- Think back two hundred years ago.
- Our forefathers had none of the modern inventions and conveniences.
- In comfort, convenience, variety, health and well-being we are superior today.
- But we are not happier, for all our great advantages.
To try to answer this question, we had better go back in thought about two hundred years, say to about the middle of the 18th Century; that is, before the great changes began that have made the modern world what it is today. Let us see what life for our forefathers in those days.
To get a picture of their lives, we must cut out many of the things which are so familiar and necessary to us today that we wonder how men could ever have got on without them. Take travel, for instance. In the time of our forefathers, there were no railways or steamships or aero planes no bicycles or motor-cars, or even good roads. They travelled slowly on horseback or in carts and carriages, and sailing ships. There was no postal system, so letters were rare and costly luxuries; no telegraph, no telephone, no wireless or steadriven machinery to manufacture multitudes of cheap goods. Houses were lit by candles or lamps, for there was no electric light or gas. Of medical science there was little or nothing, and public sanitation was unknown. In consequence dirt and disease were rifle in villages and towns. There were no fully equipped hospitals, no trained nurses, and but few qualified doctors. Education?. That was the privilege of the rich. Most of the poor could neither read nor write. Books were few and expensive. As to amusements, there were no cinemas and no gramophones. Life in those days must have been dull and slow.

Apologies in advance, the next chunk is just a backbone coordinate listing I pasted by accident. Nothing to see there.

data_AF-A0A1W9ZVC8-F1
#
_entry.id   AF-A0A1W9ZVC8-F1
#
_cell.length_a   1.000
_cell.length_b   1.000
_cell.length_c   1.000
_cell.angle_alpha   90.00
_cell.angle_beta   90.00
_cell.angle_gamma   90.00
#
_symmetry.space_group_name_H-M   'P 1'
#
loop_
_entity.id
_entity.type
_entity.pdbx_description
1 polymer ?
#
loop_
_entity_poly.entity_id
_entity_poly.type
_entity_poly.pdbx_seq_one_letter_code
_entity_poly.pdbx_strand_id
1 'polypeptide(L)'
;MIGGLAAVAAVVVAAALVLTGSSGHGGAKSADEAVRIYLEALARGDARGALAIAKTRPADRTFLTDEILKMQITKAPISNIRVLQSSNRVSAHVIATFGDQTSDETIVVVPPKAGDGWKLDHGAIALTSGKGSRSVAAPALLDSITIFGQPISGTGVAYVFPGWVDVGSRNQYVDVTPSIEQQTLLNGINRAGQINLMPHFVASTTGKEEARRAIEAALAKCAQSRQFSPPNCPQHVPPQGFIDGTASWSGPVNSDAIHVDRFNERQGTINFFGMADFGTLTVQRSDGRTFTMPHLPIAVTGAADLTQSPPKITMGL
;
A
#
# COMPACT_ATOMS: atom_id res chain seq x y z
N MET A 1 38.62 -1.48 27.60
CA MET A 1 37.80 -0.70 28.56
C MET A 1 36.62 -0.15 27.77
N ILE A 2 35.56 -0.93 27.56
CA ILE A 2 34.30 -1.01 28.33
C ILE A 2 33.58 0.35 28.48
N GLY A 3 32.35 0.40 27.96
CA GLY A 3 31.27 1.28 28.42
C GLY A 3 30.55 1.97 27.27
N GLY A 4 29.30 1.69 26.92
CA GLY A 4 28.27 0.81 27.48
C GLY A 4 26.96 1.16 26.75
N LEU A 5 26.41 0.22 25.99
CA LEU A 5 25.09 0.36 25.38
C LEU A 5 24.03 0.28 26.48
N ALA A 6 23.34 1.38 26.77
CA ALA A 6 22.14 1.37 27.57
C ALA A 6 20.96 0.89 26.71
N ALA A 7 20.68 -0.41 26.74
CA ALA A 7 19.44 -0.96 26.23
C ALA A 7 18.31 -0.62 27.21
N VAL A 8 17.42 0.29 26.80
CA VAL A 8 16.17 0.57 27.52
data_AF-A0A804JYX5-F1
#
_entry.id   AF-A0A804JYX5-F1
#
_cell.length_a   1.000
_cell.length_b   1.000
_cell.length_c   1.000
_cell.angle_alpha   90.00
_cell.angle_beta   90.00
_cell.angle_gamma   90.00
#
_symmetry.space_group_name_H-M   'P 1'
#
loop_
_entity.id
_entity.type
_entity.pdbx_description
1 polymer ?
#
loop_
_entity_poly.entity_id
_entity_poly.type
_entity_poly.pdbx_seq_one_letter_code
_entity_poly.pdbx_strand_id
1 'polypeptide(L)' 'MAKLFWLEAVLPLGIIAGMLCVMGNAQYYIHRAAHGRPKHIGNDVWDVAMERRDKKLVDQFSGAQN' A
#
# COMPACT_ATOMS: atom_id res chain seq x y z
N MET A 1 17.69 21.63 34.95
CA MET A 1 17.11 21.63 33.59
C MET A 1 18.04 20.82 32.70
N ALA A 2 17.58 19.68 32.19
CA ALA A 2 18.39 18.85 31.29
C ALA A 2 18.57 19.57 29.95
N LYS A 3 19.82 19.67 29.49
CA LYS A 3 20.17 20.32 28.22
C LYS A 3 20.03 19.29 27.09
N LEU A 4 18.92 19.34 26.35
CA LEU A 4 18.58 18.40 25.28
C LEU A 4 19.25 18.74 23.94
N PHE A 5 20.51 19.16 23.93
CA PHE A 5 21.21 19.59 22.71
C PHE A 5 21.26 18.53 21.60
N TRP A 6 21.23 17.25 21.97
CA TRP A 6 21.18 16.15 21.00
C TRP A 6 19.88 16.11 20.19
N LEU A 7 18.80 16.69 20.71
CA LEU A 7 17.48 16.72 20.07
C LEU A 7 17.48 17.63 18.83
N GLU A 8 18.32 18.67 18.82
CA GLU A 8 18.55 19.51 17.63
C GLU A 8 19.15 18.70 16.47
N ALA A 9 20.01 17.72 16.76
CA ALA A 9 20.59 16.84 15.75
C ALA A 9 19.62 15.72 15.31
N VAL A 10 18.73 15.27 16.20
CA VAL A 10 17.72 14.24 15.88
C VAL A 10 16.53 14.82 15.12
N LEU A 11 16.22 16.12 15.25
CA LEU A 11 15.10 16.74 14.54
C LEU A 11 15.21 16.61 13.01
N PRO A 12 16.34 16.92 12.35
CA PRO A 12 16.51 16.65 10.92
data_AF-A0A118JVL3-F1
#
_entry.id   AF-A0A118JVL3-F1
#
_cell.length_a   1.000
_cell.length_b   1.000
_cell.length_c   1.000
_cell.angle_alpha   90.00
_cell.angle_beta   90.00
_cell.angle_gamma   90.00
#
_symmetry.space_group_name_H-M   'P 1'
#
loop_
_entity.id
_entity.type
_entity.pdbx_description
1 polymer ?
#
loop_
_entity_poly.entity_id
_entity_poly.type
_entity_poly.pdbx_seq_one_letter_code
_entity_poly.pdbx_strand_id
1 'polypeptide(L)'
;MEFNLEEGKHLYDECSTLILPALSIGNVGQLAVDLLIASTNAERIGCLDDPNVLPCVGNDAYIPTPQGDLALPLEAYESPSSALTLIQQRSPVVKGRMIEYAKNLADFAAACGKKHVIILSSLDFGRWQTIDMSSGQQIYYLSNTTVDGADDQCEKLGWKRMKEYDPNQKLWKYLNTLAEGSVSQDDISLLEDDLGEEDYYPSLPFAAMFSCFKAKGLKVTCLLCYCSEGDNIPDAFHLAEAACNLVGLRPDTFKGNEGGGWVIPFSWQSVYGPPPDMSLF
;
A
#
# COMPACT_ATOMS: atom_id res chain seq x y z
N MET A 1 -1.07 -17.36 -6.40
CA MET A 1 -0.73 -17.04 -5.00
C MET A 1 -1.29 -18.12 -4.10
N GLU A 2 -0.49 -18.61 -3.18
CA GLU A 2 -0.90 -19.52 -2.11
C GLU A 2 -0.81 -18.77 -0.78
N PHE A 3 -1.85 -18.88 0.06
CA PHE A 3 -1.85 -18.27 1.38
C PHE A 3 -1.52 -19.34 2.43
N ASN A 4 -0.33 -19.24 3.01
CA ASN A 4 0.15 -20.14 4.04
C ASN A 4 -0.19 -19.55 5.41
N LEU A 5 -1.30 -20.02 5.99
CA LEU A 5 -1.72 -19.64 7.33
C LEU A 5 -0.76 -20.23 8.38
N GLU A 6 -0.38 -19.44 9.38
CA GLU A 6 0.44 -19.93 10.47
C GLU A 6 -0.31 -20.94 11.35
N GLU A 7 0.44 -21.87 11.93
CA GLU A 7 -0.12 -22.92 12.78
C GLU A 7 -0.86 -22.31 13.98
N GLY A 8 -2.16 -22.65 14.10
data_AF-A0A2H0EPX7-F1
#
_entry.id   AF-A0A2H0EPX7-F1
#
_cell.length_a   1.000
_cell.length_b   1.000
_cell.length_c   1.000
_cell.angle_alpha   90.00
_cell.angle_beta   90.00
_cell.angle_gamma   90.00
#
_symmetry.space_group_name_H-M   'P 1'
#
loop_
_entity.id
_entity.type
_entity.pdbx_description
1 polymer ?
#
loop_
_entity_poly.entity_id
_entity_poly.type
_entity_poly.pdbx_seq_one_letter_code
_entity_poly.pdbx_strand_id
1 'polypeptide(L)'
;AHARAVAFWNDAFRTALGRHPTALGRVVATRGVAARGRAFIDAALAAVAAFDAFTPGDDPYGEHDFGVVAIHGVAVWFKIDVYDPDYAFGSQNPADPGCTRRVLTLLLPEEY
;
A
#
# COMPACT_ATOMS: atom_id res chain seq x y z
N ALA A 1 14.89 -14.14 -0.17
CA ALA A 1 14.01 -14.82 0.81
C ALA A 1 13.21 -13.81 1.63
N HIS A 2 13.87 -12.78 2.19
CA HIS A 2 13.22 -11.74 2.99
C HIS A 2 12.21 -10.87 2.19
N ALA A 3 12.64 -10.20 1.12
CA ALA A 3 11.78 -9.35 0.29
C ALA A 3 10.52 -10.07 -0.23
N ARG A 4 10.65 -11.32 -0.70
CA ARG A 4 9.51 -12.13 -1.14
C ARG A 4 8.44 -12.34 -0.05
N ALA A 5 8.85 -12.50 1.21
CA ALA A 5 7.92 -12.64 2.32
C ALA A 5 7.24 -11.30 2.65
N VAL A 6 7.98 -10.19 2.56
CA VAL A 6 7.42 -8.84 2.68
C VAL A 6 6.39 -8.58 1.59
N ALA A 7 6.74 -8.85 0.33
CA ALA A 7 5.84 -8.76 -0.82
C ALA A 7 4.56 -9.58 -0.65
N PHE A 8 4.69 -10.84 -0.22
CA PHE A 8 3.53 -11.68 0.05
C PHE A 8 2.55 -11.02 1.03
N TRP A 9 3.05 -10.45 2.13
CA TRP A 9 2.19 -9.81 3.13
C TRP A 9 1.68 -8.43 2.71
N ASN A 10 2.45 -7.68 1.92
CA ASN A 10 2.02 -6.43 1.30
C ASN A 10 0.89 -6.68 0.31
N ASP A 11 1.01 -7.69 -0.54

So far, then, the answer seems to be an emphatic affirmative. Surely with all these advantages, and many, many more that cannot even be mentioned, our life today must be incomparably better in every way than the life of our poor forefathers. No doubt, in comfort, convenience, interest, variety, general health and well-being, we have the advantage.
But is it really so? Are we really happier than our forefathers? I doubt it. In this mechanical age life is all noise and bustle, hurry and racket, roar and rush. There is a fever in our blood we are restless and unsatisfied, ever seeking for some new thing. We have lost the quiet, and the solid pleasures, of the old days. And the sense of security has gone. There is fear in our hearts. The machines our science has given us threats to destroy us. Bombing aeroplanes poison gases make war a terror. And war may be on us any moment: the WORLD WAR, that will destroy our boasted civilization. We dance on the crumbling brink of a volcano.